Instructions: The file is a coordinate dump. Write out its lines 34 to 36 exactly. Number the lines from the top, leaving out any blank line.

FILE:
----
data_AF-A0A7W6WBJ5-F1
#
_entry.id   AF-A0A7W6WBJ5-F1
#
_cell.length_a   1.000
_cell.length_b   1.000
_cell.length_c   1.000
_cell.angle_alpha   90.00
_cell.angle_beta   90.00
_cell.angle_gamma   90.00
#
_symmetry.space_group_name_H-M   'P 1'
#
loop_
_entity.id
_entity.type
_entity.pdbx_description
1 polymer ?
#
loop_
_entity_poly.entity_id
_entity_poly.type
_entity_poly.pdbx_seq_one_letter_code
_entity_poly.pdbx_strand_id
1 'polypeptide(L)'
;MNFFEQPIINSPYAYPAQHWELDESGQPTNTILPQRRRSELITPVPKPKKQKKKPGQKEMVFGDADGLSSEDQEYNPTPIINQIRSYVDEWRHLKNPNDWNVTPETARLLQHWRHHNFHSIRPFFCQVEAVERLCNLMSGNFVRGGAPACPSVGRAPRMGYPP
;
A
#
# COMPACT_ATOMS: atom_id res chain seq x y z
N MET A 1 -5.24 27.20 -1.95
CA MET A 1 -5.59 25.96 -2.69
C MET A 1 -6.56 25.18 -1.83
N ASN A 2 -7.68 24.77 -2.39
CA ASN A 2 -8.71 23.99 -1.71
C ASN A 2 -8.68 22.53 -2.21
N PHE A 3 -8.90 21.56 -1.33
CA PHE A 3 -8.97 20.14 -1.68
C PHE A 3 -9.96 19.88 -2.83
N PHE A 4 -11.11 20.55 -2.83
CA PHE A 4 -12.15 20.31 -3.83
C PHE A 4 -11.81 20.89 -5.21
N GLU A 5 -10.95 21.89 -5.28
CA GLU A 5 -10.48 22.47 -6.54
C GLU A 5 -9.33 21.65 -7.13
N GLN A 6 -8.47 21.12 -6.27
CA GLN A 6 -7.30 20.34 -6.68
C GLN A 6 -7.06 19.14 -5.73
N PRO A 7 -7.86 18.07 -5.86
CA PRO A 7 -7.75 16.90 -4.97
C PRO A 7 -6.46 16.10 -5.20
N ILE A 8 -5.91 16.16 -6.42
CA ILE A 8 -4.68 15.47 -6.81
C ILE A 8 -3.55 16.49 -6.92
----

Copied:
N ASN A 2 -7.68 24.77 -2.39
CA ASN A 2 -8.71 23.99 -1.71
C ASN A 2 -8.68 22.53 -2.21